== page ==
I won’t pretend that this painting has finally captured that which I seek. But I’m getting closer.

This painting is available for the bargain price of $45 if anyone falls in love with it.
It measures 7″ X 10″ and is on Arches fine watercolor paper.

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Categories: bicycling, landscapes, nature Tags:

Milanese little shop of horrors

October 28th, 2010 4 comments

There was just one day for me to walk the streets of Milan, check out the little shops, and hang out in the piazzas so I was very happy when a native Milanese who worked with Elena drew me a map. “Go here, there’s lots of things to see.” Armed with that little map, I was off. The streets was narrow, there was no parking and it was very difficult to see how cars managed to get through. I saw many bicyclists, some talking on cell phones or smoking negotiating the cobblestones and the cars. The sidewalk was less than two feet across, so if someone came from the opposite direction, you might end up in the street trying to get around them.. where those cars and cyclists were.

One of the little shops drew my attention. There were miniature skulls in the window. Now that’s odd. I looked inside and saw all kinds of skulls; big animals, small animals, animals with horns, as well as some skeletons. I had to go in there! There were tiny skulls carved from semiprecious stones, and even paintings of bones and things, but there were real bones too. It was just a tiny place, the size of a small living room, cluttered and full of wonders, many clearly ancient. And there was a guard dog. He met me outside of the shop, but by the time I got to the back, he was relaxing on this overstuffed dark red leather sofa. I drew close to the displays of the tiniest carved skulls and creatures to see if I could find a price. I had enough class not to gasp and drew away from the tantalizing display. Fortunately the proprietor permitted me to take a photo of his dog..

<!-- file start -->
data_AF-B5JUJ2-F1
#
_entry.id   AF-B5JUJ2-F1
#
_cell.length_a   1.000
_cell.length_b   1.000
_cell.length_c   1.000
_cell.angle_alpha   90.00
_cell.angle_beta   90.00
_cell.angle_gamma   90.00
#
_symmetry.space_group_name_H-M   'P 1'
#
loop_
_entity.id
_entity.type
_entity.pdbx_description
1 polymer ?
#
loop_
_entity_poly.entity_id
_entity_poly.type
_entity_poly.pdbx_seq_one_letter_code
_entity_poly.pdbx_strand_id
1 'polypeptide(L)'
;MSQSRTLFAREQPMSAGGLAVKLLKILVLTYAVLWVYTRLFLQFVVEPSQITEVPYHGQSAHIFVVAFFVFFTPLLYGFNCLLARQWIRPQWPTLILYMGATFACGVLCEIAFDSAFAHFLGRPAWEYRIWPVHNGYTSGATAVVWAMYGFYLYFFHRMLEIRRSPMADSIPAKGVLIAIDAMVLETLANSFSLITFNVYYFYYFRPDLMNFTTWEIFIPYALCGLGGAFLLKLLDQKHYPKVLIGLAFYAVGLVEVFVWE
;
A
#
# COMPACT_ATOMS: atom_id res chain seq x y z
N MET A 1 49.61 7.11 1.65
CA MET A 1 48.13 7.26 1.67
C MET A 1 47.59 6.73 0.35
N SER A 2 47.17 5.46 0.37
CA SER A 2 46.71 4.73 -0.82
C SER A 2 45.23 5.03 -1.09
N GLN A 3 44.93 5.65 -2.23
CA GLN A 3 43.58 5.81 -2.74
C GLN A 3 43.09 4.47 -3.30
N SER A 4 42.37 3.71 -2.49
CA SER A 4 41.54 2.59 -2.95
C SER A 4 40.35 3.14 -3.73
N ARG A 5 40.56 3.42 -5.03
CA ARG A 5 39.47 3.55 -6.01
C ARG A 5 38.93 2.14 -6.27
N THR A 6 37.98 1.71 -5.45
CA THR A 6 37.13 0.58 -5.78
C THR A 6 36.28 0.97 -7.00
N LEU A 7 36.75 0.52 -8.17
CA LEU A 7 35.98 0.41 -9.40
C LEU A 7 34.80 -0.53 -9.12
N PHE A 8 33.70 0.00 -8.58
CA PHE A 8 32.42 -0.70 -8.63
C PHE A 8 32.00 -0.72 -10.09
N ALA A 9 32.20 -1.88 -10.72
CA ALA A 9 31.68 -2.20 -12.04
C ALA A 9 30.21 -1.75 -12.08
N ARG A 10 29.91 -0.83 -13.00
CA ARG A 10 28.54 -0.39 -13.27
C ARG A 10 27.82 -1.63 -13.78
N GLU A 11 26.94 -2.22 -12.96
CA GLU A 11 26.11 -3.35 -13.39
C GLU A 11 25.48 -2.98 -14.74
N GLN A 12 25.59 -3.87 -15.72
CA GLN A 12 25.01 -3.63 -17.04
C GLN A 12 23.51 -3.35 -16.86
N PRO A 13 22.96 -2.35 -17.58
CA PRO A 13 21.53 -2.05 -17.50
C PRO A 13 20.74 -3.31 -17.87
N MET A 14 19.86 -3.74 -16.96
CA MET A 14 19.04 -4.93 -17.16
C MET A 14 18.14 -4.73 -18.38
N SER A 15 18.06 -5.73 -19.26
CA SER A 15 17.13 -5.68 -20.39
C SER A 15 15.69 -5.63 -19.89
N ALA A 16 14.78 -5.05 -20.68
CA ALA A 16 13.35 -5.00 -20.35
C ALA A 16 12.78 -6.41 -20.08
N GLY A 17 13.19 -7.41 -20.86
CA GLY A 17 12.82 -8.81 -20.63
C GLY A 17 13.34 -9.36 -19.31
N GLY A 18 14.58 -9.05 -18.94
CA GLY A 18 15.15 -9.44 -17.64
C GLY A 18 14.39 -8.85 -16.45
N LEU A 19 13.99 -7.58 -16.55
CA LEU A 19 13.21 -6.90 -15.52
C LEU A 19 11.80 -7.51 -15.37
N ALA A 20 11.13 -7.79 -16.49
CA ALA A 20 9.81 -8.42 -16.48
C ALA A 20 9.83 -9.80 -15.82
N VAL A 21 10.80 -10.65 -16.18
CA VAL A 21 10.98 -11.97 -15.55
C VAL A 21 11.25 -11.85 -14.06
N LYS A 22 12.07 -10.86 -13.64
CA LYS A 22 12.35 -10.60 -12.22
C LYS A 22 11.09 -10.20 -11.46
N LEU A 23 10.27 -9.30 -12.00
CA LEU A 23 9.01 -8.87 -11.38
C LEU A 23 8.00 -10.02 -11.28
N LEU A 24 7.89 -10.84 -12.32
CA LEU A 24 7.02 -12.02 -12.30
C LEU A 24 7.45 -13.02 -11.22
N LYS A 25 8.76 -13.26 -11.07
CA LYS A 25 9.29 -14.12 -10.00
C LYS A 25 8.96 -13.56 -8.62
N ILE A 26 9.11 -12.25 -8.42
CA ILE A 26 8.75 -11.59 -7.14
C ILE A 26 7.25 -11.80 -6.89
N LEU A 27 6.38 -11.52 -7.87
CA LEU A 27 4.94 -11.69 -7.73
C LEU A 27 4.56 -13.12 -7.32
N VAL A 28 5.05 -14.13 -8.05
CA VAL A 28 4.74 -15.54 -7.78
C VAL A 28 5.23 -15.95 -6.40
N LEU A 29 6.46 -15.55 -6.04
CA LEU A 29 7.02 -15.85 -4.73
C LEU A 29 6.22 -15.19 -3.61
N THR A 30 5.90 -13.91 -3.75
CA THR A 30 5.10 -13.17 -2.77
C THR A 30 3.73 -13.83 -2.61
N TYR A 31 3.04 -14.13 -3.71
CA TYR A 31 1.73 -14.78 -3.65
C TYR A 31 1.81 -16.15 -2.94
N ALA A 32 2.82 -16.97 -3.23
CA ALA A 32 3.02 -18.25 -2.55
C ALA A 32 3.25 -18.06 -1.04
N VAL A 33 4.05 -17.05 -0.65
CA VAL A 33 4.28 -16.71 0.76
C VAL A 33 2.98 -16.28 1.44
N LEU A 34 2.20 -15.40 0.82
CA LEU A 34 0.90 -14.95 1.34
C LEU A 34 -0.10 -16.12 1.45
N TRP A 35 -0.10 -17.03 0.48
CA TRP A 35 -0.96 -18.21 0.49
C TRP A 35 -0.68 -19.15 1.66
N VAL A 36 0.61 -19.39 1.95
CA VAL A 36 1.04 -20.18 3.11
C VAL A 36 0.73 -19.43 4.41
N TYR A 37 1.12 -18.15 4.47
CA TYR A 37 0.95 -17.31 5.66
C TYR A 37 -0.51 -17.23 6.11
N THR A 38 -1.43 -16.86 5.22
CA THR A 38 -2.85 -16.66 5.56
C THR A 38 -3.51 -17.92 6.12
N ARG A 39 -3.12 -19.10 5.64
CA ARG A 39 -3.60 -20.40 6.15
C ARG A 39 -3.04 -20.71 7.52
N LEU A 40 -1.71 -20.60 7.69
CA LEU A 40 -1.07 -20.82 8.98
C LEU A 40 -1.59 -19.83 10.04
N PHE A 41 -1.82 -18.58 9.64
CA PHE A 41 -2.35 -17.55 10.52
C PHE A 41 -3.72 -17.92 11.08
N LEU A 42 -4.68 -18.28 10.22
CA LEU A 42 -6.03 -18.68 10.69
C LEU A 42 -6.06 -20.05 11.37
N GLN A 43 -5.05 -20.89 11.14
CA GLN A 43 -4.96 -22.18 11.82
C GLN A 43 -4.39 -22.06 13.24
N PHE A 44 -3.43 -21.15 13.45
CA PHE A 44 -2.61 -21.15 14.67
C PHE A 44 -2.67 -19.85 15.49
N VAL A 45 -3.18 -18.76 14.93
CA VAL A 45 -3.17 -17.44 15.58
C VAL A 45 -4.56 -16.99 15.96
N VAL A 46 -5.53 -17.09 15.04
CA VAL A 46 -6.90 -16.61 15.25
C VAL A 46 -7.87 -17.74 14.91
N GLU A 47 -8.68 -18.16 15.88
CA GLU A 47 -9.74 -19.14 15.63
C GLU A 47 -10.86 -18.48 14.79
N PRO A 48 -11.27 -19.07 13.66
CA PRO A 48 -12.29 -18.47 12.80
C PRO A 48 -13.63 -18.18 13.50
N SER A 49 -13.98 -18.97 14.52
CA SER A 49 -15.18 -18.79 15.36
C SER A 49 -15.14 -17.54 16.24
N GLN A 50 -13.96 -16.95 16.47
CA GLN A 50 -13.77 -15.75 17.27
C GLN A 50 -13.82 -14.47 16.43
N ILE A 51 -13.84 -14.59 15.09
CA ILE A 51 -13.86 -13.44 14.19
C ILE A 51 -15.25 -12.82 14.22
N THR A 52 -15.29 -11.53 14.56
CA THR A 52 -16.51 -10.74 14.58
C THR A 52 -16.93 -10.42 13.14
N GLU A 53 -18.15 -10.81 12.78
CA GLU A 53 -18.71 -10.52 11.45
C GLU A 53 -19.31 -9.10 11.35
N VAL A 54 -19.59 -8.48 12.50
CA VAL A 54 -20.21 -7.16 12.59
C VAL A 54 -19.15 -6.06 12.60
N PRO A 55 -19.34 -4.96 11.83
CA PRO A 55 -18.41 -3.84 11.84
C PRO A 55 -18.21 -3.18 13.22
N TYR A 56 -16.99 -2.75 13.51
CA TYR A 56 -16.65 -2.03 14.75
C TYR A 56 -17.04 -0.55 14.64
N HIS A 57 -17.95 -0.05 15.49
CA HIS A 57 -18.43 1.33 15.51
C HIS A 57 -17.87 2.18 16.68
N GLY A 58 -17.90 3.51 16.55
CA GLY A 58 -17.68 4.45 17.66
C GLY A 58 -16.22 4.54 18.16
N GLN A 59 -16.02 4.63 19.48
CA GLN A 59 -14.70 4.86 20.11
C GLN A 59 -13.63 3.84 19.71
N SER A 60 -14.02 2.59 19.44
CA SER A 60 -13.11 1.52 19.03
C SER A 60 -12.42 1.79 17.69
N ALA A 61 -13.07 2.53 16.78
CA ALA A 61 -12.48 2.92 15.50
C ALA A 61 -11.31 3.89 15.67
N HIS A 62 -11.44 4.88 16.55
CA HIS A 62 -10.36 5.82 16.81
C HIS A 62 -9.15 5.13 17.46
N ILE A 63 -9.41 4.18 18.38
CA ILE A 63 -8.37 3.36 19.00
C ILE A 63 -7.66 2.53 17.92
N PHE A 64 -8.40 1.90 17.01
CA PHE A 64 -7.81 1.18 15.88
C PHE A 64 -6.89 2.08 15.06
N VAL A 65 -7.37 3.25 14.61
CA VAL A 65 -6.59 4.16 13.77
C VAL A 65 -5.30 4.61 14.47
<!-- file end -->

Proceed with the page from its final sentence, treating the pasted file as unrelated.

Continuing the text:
(new! you can click on the painting to see an enlargement of it)

This painting is for sale

Related posts: A day in Milan

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Categories: Italia, nature Tags:

Little Naches River

September 12th, 2010 4 comments


This weekend we rode our bikes over Chinook Pass, about 5200 feet above sea level. From there we flew down the mountain (on our bikes) and stopped at Whistling Jack’s Lodge, founded in 1931. Now a Whistling Jack is actually a hoary marmot, and they live in that high altitude area.

One of our friends that rode with us actually saw one. Believe me, I was jealous.
Meanwhile, before dinner, I had exactly 30 minutes to sketch. So I sat down next to the river behind our cabin and was captivated by this tree stump. So I tried to draw it..